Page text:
Skip to main content

To say that South Korean BL drama Blueming 블루밍 took the BL world by storm is an understatement. That is, for the most part of the BL universe. While some other parts took it for granted. Word of mouth about the excellent production pave the way for an almost ‘universal’ acclaim of the said series. Was it good? It was great! Better than some of 2022 offerings, to say quite frankly.

This full review and impressions center on the acting, production values and overall appeal of the BL series, which is divided into eleven 20-minute segments. Did I mention it has an awesome soundtrack as well?

—Edited by TheFNGee

Here’s the juice:

The South Korean BL drama “Blueming” is adapted from Kenaz Comics’ popular manhwa “Who Can Define Popularity?” It focuses on young Cha Siwon (Kang Eun Bin), who managed his life quite well with the intent of gaining unanimous popularity. He met Hyeong Da Un (Jo Hyuk Joon), who was born with an aura that attracts popularity, causing Siwon’s popularity to slide. What happens afterward is both surprising and unexpected. From rivals, their relationship becomes intimate to the point that both their worlds revolve around each other.

Watch trailer#2 below. It reveals quite a lot of the most memorable scenes of the series! Notice the on-screen chemistry of the actors!

Cast and Acting Performances:

This drama is directed by Hwang Dasol (“Where Your Eyes Linger,” “To My Star”). Having said that, Dasol must be credited for empowering her inexperienced lead actors with the right amount of motivation and energy. The chemistry between Jo Hyuk Joon (who plays the rich but lonely kid Da Woon) and Kang Eun Bin (the insecure and highly strung pretender Siwon) is palpable as it is endearing. There is just the right amount of emotional attachment between the two of them – they act so naturally together that I was surprised to learn that it’s their first drama series (and a BL at that!). While Thai and Taiwanese BL actors start young, Koreans follow their Japanese counterparts by casting older yet youthful-looking guys. Hyuk Joon is 32 years old, while Eun Bin is 25. Yet, their age is hardly noticeable. What is quite impressive is for both to act as young University students with complete believability and honesty.

Kang Eun Bin, playing Siwon, is the dark-haired pretender who has a past he wants to bury. He was an overweight kid often bullied and ridiculed by his cruel kids in the neighborhood. His sister motivated him to transform himself into a skinny, handsome teen. Thus he has a strict regimen to maintain his good looks and admirable physique. He loves attention, especially at school. Eun Bin attacks his character with a noticeable sense of humor and intensity. Jo Hyuk Joon plays the confident Da Woon, with a signature poker face, yet deep inside, he suffers from loneliness. There were several intimate scenes between our model-actor pair, and they were more than highlights of the show. The OST proved effective, elevating these scenes into the BL stratosphere. I must say, a second season is warranted, just to watch these two actors once more.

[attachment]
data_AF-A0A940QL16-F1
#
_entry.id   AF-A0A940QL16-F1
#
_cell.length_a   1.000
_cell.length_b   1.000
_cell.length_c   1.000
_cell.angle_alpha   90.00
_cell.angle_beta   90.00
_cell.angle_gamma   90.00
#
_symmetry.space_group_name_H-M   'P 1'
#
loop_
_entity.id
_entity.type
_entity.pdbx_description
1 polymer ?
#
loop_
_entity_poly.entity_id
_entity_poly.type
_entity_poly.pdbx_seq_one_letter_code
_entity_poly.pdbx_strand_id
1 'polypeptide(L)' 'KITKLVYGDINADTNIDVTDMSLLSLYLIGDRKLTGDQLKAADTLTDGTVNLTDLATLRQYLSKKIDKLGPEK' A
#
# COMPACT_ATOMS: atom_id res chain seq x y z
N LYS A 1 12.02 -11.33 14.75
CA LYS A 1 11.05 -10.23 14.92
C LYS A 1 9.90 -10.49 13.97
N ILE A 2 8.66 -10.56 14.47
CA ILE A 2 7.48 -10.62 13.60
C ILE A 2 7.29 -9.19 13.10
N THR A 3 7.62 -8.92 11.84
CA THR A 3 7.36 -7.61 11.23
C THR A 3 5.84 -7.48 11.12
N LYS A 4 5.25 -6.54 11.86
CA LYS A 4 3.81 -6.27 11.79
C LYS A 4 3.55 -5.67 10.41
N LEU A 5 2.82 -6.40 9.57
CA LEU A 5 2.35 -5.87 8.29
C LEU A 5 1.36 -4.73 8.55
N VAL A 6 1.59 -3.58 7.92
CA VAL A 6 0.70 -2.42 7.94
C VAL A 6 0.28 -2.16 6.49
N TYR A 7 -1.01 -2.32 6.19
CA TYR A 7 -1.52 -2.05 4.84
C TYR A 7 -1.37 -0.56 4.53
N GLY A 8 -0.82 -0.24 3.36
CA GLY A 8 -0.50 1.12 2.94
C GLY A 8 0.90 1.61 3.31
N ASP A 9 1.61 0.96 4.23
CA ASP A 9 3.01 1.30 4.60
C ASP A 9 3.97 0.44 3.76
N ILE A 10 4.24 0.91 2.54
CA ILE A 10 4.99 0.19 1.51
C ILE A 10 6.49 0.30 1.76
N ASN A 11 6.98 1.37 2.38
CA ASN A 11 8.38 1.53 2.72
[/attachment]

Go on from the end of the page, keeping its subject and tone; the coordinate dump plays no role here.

Official Blueming series poster, featuring Kang Eun Bin (left) and Jo Hyuk Joon (right).

Production Values:

Veteran BL watchers like me are often used to poorly executed and primitive production values. However, the South Koreans have to be credited for bringing world-class production sense into the BL scene. The editing is impeccable, as the lighting and effects inside and outside. Did I already mention the soundtrack? The series stylist(s) should be commended for the amazing University fashion in and around the campus (was it Uniqlo inspired?). I love how our lead actors were dressed (in both summer and winter clothes), highlighting their intimacy.

Overall Appeal:

I highly recommend this series. The acting is believable as both actors successfully settle into their characters. The story is not even ‘toxic’ to begin with. While it tackles personal issues such as loneliness, bullying, and difficult familial relationships, the treatment is light bordering on humor. Typical KDrama, some might say, yet it has a look and feel all its own. Worth more than just a one-time watch. In fact, as I write this review, I’m going to be watching it again.

Overall Rating: 4.5 out of 5 stars. [See our Review Guide]

John Ken

Author John Ken

Just a blogger.

More posts by John Ken

Leave a Reply

error: Alert: Content is protected !!
%d bloggers like this: